Today we celebrated going live with IPV6 versions of many of our top rated sites. The work was done in advance of our participation in the IPV6 Launch Day. For the uninitiated, IPv6 Launch Day is the date where major sites will begin to have their websites publicly available in the new Internet numbering scheme and is currently set for June 6, 2012. As many of you likely know the IPv4 space which has served the Internet so well since its inception is running out of unique addresses. I am especially proud of the fact that we are the first of the largest Internet players to achieve this unique feat. In fact three of our sites occupy slots in the Top 25 Sites in the ranking including www.aol.com, www.engadget.com, and www.mapquest.com. As with all things there are some interesting caveats. For example – Google is IPv6 enabled for some ISPs, but not all. I am specifically highlighting global availability.
The journey has been an interesting one and there are many lessons learned going through these exercises. In many conversations on this topic with other large firms exploring making this move, I often hear how difficult this process appears to be and a general reluctance to even begin. Like the old saying goes even the longest journey begins with the first step.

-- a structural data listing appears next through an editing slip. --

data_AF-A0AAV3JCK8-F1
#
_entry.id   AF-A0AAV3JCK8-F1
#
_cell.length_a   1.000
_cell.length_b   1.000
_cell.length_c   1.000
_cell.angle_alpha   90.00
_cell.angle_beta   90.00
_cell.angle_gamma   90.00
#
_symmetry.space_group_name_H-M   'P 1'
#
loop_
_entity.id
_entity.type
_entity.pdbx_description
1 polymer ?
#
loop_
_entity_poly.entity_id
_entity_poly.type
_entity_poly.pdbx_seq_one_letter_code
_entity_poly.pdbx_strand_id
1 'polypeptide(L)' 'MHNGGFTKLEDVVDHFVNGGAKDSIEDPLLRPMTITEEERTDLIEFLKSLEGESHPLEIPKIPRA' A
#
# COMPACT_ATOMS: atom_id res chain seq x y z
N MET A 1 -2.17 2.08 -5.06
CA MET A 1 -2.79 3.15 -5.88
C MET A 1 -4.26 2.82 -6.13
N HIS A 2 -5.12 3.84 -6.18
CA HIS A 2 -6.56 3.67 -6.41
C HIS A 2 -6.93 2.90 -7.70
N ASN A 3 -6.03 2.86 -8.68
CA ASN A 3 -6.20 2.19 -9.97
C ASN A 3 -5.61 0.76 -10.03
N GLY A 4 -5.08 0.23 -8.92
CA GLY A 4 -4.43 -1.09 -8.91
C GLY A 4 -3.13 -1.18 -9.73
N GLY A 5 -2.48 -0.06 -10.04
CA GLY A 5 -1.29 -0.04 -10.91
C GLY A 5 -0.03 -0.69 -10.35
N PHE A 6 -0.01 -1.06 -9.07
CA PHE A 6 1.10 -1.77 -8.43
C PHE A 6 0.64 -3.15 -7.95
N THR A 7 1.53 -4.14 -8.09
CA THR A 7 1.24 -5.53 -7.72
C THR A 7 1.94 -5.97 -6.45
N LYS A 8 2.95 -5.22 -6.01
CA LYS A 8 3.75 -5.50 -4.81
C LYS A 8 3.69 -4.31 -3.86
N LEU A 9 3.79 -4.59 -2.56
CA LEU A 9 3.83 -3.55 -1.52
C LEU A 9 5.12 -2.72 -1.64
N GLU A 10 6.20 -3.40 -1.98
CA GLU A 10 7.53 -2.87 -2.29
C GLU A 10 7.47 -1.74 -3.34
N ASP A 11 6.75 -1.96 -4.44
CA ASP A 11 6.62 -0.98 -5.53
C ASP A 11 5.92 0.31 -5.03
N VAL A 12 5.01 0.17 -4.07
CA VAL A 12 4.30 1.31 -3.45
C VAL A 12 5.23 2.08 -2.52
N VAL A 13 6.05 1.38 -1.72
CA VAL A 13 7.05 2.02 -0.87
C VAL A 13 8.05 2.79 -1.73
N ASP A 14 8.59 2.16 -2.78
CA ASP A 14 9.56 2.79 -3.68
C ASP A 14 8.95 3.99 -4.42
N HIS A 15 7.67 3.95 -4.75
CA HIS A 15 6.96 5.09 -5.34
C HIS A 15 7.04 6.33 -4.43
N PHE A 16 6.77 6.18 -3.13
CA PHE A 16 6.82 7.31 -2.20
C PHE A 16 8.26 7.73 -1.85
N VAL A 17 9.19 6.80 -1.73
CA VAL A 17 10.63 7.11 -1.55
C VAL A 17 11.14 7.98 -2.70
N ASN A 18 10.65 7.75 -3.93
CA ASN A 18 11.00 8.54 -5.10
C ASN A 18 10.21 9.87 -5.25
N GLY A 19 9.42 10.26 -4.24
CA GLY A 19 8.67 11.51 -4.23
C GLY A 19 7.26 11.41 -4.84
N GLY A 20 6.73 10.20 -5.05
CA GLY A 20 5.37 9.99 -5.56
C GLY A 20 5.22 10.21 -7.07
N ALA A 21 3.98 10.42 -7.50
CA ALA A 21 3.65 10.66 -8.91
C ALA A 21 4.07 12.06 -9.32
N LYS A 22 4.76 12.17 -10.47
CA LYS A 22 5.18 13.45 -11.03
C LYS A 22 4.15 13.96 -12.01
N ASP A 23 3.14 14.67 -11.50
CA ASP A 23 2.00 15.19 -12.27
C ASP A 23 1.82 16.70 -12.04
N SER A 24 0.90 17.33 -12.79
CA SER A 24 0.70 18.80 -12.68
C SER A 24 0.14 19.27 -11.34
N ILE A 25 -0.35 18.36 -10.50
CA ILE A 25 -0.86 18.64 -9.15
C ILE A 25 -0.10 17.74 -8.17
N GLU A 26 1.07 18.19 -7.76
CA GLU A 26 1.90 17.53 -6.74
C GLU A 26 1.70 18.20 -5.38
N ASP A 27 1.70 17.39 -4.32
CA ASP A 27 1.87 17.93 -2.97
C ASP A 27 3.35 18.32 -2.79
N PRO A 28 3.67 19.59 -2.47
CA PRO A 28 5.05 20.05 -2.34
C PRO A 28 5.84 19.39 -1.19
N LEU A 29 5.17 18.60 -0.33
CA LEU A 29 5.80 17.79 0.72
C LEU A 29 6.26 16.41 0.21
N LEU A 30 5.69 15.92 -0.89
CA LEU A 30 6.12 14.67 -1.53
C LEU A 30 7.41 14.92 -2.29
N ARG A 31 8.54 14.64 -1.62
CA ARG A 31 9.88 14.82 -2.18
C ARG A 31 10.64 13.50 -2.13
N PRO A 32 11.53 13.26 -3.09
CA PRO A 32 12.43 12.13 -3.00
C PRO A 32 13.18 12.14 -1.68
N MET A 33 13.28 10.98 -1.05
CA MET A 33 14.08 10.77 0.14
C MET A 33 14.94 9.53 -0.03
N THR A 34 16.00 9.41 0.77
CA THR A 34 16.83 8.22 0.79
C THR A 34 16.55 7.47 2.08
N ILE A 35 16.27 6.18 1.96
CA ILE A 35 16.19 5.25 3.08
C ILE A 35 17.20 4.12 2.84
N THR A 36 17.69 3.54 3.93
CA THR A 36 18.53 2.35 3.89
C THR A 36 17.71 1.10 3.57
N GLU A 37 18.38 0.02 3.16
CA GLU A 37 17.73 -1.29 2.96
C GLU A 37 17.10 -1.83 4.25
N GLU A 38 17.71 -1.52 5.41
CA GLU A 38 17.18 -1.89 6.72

This work was far from easy and our internal team had some great learnings in our efforts to take our sites live beginning with the World IPV6 day in 2011. Although our overall traffic levels remain pretty tiny (sustained about 4-5Mb/s) it is likely to grow as more ISPs convert their infrastructure to IPv6.
Perhaps the most significant thing I would like to share is that while migrating to the numbering system – I was very pleased to find the number of options available to companies in staging their moves to the IPv6. Companies have a host of options available to them outside of an outright full scale renumbering of their networks. There are IPv4 to IPv6 Gateways, capabilities already built into your existing routing and switching equipment that could ease the way, and even some capabilities in external service providers like Akamai that could help ease your adoption into the new space. Eventually everything will need to get migrated and you will need to have a comprehensive plan to get you there, but its nice to know that firms have a bunch of options available to assist in this technical journey.
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